Plunging Oil Prices Already Biting Into Texas Manufacturing Growth, Creating More Uncertainty Ahead

Jon C. Ogg

The recent plunge in oil prices already appears to be taking a bite out of the Texas economic regional output. While the numbers are still indicative of growth, the Federal Reserve Bank of Dallas says that manufacturing activity in Texas is expanding at a slower pace as uncertainty increases.

The Federal Reserve Bank of Dallas Texas Manufacturing Outlook Survey shows that the production index fell by nine points to 8.4 in November. This is considered to be a key measure of state manufacturing conditions and shows that output growth has continued to slow as of November 2018.

Unfortunately, the demand indicators all declined in November. The new orders fell to 9.7 and the growth rate of new orders fell to 4.8. These figures represented their lowest readings in 20 months, according to the Dallas Fed’s report.

Another drop was seen in the capacity utilization index, falling six points to 9.4 in November. The shipments index fell by nine points to 7.7. The Dallas Fed pointed out that these were both at their lowest growth levels in at least 20 months.

All in all, Texas manufacturers were less optimistic than in October and their uncertainty increased. The November report said:

The general business activity and company outlook indexes posted double-digit declines, coming in at 17.6 and 13.7, respectively, but both are still well above long-term averages. The index measuring uncertainty regarding companies’ outlooks rose five points to 12.3, indicating uncertainty was more widespread this month… Labor market measures suggested slower employment growth. The employment index retreated eight points to 15.9. The hours worked index edged down to 4.9.

While lower prices might sound good for the economy as a whole, this may not be automatically assumed for Texas. The Dallas Fed’s report showed that price and wage increases eased in November from higher readings in October. The raw materials prices index fell by a sharp 21 points to 33.7 in November. Those materials prices had just reached a seven-year high in October. The finished goods prices index fell by 10 points to 7.5 in November.

Expectations regarding future business conditions remained positive in November. Still, they were less optimistic than in October. The Dallas Fed said:

The indexes of future general business activity and future company outlook remained well above average but fell to 25.7 and 31.4, respectively. Other indexes of future manufacturing activity showed mixed movements this month but remained solidly in positive territory.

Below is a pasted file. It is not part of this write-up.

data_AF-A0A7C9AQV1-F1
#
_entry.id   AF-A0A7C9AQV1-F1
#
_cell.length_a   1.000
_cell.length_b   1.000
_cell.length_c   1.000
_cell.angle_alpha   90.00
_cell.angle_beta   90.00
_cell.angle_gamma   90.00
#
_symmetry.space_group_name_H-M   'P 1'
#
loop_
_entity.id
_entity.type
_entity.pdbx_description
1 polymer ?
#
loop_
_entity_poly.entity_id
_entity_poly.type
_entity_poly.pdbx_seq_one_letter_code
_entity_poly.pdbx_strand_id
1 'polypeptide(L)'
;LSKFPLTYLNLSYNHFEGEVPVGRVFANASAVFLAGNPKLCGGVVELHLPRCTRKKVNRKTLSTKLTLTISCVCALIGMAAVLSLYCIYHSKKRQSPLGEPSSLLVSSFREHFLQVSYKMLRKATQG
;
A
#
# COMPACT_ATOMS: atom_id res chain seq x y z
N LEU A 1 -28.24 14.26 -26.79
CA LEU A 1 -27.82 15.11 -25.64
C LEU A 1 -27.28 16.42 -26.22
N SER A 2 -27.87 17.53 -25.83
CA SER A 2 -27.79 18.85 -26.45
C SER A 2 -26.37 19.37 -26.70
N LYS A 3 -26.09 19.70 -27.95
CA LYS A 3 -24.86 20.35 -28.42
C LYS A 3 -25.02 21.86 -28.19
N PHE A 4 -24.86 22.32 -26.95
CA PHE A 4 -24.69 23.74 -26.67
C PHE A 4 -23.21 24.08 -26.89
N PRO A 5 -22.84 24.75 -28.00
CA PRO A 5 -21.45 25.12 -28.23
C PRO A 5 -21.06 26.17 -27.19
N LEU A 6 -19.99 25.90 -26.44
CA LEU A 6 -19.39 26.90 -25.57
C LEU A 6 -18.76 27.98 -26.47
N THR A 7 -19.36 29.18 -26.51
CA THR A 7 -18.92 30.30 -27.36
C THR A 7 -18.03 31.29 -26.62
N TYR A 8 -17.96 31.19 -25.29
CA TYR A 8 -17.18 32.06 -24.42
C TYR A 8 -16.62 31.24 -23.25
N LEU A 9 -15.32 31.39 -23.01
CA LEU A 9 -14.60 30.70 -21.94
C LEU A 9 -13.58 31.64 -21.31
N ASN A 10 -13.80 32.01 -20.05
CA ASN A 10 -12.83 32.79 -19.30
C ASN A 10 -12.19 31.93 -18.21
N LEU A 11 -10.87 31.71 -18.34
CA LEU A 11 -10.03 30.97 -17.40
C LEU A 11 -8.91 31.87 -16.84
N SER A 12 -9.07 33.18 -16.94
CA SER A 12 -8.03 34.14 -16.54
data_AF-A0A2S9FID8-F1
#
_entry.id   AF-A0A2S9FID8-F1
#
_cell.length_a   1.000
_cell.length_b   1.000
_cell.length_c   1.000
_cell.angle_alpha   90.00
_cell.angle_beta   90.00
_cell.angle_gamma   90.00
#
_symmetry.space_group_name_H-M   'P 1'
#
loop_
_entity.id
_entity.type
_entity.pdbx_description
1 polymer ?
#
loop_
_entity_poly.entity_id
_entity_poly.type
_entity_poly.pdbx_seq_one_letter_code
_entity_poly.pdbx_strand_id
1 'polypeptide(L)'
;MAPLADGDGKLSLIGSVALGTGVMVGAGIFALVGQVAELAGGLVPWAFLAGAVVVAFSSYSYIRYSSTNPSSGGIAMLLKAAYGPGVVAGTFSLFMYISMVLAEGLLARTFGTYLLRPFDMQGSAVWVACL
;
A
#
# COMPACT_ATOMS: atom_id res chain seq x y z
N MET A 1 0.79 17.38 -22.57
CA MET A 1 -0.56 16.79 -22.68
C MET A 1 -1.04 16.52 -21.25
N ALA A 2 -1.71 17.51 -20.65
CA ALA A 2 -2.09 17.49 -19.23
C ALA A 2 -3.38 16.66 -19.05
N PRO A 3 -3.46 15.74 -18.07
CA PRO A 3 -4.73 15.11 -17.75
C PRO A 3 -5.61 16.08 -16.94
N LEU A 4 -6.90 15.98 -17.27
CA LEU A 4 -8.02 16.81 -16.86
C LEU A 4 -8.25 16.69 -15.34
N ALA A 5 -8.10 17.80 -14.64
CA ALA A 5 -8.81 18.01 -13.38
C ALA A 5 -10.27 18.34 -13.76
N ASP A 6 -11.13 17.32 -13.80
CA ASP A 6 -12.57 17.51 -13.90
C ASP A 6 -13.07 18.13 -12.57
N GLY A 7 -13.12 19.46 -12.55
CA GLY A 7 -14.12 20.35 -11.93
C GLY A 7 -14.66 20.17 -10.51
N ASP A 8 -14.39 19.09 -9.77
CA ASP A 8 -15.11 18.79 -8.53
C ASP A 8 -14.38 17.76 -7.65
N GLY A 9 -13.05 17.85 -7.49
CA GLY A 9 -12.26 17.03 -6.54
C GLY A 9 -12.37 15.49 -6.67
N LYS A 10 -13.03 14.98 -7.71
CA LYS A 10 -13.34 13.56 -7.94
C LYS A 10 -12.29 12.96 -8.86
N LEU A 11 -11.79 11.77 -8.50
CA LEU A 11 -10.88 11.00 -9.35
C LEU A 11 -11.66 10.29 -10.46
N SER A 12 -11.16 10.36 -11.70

Recall that positive readings in the survey indicate expansion of factory activity and readings below zero generally indicate contraction. Data were collected from November 12 through November 20, with 114 Texas manufacturers responding to the survey.

Emily Kerr, Dallas Fed senior business economist, said of November’s full report:

Growth in Texas manufacturing activity slowed further this month, continuing a trend that started in the third quarter. Price and wage growth also decelerated in November, particularly for input costs.

Two-thirds of firms report difficulty finding qualified workers when hiring, with the most acute difficulty noted for mid-skill positions. Two-thirds of firms also say they are raising wages and/or benefits to recruit and retain employees, a share that is up notably from about 50 percent a year ago.

If you want the source for the drop in manufacturing in the Texas region, you may need look no further than the price of oil. NYMEX crude was last seen trading at about $52.00 per barrel, after having challenged the $50 mark just last week. That is down from over $75 at the start of October, and crude oil had its largest losing streak since futures started being tracked back in the early 1980s.

While some of the report may be surprising, two prior reports had already indicated that growth in Texas was losing steam. Two reports ahead of Monday’s manufacturing report are cited below.

The Dallas Federal Reserve’s statement for October’s overall Texas economic indicators was released on November 19, 2018. That statement from the introduction said:

Texas economic growth remained healthy in October. The state added jobs at a strong pace, with the expansion widespread across metros and most industries. Unemployment set a record low in the state and ticked down in most of its major metros. The Texas Business Outlook Surveys indicated that manufacturing output and service sector activity continued to expand in October, though at a slower pace than in September. Potential headwinds to the state economy include a historically tight labor market and a recent decline in oil prices.

A separate report from November 14, 2018, was titled “Texas Economy Continues Expansion but Shows Signs of Cooling.” That statement from the introduction said:

Texas economic growth remains robust but is showing signs of moderating. While many major Texas metros saw employment gains in the third quarter, state job growth was slower compared with the first half of the year. On the whole, the Texas labor market continues to tighten. The unemployment rate hit a record low in September, and reports of wage pressures persist. Housing indicators suggest supply and demand constraints, with a drop in home sales and affordability coinciding with low inventories.